One of my readers is a super-forecaster in Tetlock's tournaments, and he writes:
I saw your question at WaPo pages from two days ago and, since no one answered and I am not about make an account with them, I thought I'd answer by email. As a regular reader of your blog, it's my pleasure. I am one of the 120 "superforecasters", doing this this for the third year (they upgraded our numbers from 60 as of last year).
Are you allowed to pick and choose which questions to answer?
Yes, you are, but with some limitations:
1. You must answer 1/3 (for regular participants) or 1/2 (for "supers") of all questions in during the season. This year, it's about 150 between August 1 through May 1. If you don't, they drop you and don't pay a laughable (considering the time spent) honorarium of $150 ($250 for those "retained" from past year).
2. You will be scored for all questions no matter what. As the very first solid finding of the project was that teams of 12-15 give better forecasts than individual forecasters (duh!), almost all participants today work in teams. For all questions that you did not forecast (and for all days that you didn't forecast any particular question), your score will be median of the your team's. Team's score is median of individual forecasters.
As Tetlock's team keeps saying, doing well in this weird competition involves more than sheer luck. (I suppose that's their biggest finding to date and they are doing all kinds of silly psychometric tests on us to see what they can correlate it to). Two examples:
- In the first year, I finished #4 in my "experimental condition" that had about 240 participants. All forecasts were individual in this condition. Top 5 from each group became "supers", others were allowed to keep going as usual. Majority, I imagine, dropped out because it truly takes a lot of time. At least three others in my group who were in Top 10 but didn't make it to "supers" did well enough in Season 2 to achieve the "super" status in this year. Even if they "competed" with a pool of >3,000.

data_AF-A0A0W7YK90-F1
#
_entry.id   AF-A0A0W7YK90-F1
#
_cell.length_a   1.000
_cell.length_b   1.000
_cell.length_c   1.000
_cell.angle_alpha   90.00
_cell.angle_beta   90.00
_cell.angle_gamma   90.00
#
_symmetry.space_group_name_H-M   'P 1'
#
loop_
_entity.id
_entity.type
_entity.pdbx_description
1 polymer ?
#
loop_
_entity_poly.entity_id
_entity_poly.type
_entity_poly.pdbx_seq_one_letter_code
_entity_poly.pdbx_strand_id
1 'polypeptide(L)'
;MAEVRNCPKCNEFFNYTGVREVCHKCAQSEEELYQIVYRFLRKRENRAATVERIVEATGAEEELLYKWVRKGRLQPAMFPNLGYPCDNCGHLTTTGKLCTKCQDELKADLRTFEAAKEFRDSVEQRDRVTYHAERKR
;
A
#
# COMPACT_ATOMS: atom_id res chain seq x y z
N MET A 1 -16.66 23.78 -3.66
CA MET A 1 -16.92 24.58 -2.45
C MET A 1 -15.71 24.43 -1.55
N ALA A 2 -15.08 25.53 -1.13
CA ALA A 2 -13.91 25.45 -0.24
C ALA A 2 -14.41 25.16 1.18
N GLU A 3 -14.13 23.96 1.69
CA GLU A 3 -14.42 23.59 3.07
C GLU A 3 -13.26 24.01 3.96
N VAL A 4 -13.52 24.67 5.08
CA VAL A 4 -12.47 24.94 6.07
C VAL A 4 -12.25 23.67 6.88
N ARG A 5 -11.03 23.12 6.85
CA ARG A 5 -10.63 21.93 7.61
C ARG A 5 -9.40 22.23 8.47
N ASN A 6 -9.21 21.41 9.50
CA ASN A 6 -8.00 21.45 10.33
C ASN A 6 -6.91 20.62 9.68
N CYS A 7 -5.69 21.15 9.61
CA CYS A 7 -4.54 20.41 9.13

- Last year, a particular group of "supers" beat everyone in four other groups by a largish margin. I don't know how they were able to be so good! Today, this same team still has the best score even if "supers" competition is now among eight groups.
And yes, the "supers" consistently beat everyone else but I think it has a lot to with self-selection for folks willing to google on regular basis information pertaining to completely weird stuff like this:
Will China seize control of the Second Thomas Shoal before 1 January 2014 if the Philippines structurally reinforces the BRP Sierra Madre beforehand? (The answer is supposed to come as probability and can be updated daily if desired.)
The BRP Sierra Madre is the rusting hulk of a ship that the Filipino navy ran onto a reef in the Spratley Islands in 1999 and has maintained a half-starved platoon in it ever since in an attempt to establish a legal precedent to underwater oil and gas rights in the South China Sea. Very Waterworldy, except with a far smaller budget. (By the way, I had never heard of this ship until two hours ago.)